The second tasting of our recent trip to the Riviera saw us heading up another steep hillside, this time on the Italian side of the border and high above the medieval town of Dolceacqua. Altavia Vineyard has been going for eight years, producing the local wine, Rossese di Dolceacqua, and experimenting with grapes from further afield very successfully.
We had tasted the Rossese di Dolceacqua at home in the 2009 vintage and you can see my post on that wine here
. In situ, we tried the 2010 which was much lighter in body and our charming and knowledgable host, Chiara, told us about the local dish of rabbit, coniglio
in Italian, cooked with Rossese wine. We wished we could have stopped in the restaurant she recommended down in the town which had this speciality on the menu, but we had to give in to a most persuasive argument from our children who favoured the pizzeria nextdoor. Hopefully there will be a next time.
We loved Altavia’s white wine, Noname 2013, so called because they simply couldn’t come up with a name for it. It’s an exciting blend of the widely-grown local Vermentino grape, and the meatier Rhône grape, Viognier. With herby, aromatic and citrus flavours from the former and an added floral, zingy dimension from the French grape, the resulting wine is ideal for pairing with punchy seafood dishes, perhaps featuring a hint of chilli and spice.
Amongst the reds, we were intrigued by the recently-bottled Touriga Nacional, a grape associated with Portugal and port wine with its propensity to add structure and concentrated flavour and this 2005 single varietal is proof in point. Big, bold, black fruit dominates, but the tannins have softened sufficiently to make it just the thing to go with a hearty winter casserole or roast, preferably in January and not too far from a roaring log fire.
The tasting room at Altavia looks out over the valley with the same idyllic views as can be witnessed from two stone holiday villas on the property which are available for summer rentals. Located in the olive groves with vines on all sides and sharing a swimming pool, they offer true get-away-from-it-all stuff. For more information, check out the Altavia website.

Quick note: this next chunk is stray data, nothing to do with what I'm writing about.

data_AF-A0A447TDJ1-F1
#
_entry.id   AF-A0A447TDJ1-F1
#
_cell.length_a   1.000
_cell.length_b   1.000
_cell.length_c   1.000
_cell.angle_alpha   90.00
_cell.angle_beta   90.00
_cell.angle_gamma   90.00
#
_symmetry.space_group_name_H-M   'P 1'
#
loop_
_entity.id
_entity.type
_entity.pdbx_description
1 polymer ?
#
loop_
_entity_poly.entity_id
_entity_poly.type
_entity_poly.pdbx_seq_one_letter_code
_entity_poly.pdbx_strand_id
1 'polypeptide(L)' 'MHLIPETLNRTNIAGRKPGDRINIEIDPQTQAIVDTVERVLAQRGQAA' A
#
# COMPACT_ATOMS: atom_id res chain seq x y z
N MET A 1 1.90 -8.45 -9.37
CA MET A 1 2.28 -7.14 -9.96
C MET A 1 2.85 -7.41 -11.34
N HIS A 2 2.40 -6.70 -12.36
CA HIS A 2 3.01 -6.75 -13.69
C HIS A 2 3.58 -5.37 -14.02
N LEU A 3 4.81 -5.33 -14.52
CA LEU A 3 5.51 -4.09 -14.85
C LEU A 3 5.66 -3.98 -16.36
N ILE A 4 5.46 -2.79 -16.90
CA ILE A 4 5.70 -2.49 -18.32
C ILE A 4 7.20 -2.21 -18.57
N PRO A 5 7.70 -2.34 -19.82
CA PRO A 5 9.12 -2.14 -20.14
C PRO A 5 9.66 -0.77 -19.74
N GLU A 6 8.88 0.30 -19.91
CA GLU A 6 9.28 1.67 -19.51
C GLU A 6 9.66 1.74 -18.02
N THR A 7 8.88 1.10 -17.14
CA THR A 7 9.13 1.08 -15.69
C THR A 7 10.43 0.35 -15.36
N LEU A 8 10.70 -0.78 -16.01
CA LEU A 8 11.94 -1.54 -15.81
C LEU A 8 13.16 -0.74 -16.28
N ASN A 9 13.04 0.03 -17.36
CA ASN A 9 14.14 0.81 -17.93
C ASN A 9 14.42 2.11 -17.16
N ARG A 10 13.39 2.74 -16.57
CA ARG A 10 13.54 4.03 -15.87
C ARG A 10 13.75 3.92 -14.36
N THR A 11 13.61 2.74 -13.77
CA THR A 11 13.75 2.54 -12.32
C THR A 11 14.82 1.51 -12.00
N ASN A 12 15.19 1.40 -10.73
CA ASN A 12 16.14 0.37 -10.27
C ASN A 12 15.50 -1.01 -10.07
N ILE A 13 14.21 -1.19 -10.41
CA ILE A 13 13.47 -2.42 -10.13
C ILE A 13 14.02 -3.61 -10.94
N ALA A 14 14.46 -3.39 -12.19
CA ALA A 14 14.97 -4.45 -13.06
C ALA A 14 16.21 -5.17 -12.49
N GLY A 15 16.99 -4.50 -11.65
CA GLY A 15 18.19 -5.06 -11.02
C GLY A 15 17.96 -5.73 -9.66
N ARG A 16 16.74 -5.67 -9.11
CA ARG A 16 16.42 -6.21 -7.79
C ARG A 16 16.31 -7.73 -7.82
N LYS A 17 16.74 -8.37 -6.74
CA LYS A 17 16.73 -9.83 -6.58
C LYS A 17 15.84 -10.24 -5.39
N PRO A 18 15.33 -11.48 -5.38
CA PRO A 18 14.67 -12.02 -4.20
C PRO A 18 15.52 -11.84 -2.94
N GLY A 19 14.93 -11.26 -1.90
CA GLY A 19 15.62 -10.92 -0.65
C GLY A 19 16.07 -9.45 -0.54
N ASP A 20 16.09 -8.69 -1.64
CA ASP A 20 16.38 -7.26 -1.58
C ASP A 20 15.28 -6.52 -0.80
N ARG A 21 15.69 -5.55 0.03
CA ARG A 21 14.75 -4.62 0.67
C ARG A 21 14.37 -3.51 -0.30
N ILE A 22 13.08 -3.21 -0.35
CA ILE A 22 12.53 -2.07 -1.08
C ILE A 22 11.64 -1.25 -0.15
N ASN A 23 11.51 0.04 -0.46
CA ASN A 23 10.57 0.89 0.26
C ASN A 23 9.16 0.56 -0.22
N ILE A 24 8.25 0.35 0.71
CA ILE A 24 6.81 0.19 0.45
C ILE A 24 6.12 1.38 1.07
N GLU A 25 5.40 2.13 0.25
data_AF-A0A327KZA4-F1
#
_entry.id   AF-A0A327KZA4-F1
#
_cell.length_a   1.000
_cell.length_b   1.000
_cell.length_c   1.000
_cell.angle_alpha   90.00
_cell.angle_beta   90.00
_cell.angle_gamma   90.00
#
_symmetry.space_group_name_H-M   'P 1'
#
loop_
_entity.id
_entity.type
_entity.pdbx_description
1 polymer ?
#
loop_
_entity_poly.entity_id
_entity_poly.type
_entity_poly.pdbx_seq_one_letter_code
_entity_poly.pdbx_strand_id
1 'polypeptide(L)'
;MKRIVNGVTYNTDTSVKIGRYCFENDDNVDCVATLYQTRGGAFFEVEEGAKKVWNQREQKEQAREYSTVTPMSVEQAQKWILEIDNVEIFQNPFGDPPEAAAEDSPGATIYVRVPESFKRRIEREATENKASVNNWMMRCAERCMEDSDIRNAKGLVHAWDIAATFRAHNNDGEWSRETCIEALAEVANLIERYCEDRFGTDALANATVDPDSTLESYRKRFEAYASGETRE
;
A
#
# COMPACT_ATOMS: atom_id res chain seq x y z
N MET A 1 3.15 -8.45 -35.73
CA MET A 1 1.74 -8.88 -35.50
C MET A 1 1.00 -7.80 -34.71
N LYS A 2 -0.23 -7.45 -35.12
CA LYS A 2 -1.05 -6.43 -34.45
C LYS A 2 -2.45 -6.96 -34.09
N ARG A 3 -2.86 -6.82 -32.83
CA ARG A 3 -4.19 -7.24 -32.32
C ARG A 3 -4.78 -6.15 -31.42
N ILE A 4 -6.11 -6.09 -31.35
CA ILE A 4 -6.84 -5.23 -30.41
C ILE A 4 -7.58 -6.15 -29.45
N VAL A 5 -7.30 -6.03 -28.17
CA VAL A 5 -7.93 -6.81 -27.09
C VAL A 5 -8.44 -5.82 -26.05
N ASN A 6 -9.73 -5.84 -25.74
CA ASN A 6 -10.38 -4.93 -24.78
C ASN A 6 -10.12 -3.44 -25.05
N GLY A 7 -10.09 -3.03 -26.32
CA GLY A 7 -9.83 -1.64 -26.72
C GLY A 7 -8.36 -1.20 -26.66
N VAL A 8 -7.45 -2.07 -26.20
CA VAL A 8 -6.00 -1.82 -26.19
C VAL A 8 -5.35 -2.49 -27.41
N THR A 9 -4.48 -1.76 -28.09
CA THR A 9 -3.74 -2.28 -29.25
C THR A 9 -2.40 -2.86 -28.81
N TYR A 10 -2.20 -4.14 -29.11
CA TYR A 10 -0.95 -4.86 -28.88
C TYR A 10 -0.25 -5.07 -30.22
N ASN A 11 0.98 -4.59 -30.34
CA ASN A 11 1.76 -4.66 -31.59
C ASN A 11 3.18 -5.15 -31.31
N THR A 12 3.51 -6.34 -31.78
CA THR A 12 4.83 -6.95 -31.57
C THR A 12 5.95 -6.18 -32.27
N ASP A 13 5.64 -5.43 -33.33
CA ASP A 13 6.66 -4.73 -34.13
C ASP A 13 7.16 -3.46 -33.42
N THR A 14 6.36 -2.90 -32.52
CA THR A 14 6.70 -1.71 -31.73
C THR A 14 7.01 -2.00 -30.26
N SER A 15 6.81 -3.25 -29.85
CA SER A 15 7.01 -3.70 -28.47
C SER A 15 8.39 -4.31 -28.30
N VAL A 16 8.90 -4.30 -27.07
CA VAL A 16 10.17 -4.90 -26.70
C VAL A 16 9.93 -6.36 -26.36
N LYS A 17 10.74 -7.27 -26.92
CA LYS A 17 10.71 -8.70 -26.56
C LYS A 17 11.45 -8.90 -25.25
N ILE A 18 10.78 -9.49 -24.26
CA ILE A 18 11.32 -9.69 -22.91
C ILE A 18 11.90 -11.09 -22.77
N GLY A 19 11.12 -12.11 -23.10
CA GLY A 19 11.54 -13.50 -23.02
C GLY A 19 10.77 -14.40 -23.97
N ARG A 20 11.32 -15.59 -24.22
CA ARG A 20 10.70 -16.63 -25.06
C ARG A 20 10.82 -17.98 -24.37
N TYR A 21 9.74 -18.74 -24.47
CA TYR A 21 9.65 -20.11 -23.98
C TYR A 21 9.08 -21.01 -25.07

Some of the Altavia wine range is available to buy in the UK at Red Squirrel Wines and the vineyard has an online shop. I was keen to buy some bottles from the cellar door and, despite much muttering from my husband about having to leave a child behind on the Riviera, I did squeeze a case selection into our boot together with some of the property’s extra virgin olive oil made from their own taggiasca olives. Now being tasted in Dorset!
The wines of Liguria are little known beyond its boundaries but local grapes like Rosesse (red) and Pigato (white and related to Vermentino) are well worth hunting out. Picking up on a recent tweet from wine critic, Jamie Goode, who had tasted some Ligurian wines on sale in the UK, I was straight onto Red Squirrel Wine’s website to check out their range. Not long afterwards, my order of Ligurian wines arrived here in Dorset, and very promptly too I might add – great service!
The Azienda Agricola Altavia is based in Dolceacqua in Western Liguria, a medieval village in the hills above Ventimiglia. Tonight’s wine is their Rossese di Dolceacqua Superiore 2009. Rosesse has been grown in this area since it arrived from Provence, just over the border to the west. It is grown almost nowhere else in the world, and is now thought of as the red grape of Liguria, giving wines that are deeply coloured and sometimes compared to Languedoc reds such as Minervois or Fitou. In a region that is dominated by aromatic, fresh white wines, it was good to try something a bit different – I can’t remember when I last drank a Ligurian red wine. Maybe this is my first (of many I hope)?
The Altavia Rossese is bold, earthy and blackcurranty with bags of Mediterranean herb flavours and a savoury edge that worked well with our mushroom-based pasta supper. The recipe for Tocco di Funghi, a mushroom sauce with a base of pine nuts, garlic and rosemary crushed in a mortar and pestle, from Fred Plotkin’s book ‘Recipes from Paradise’ was genuinely perfect for this unusual and distinctive wine. Can’t wait to try Rosesse in situ when we visit the area in August. Salute!
Altavia Rossese di Dolceacqua Superiore 2009
We bought ours at Red Squirrel Wines – £14.99
The Azienda also has an online shop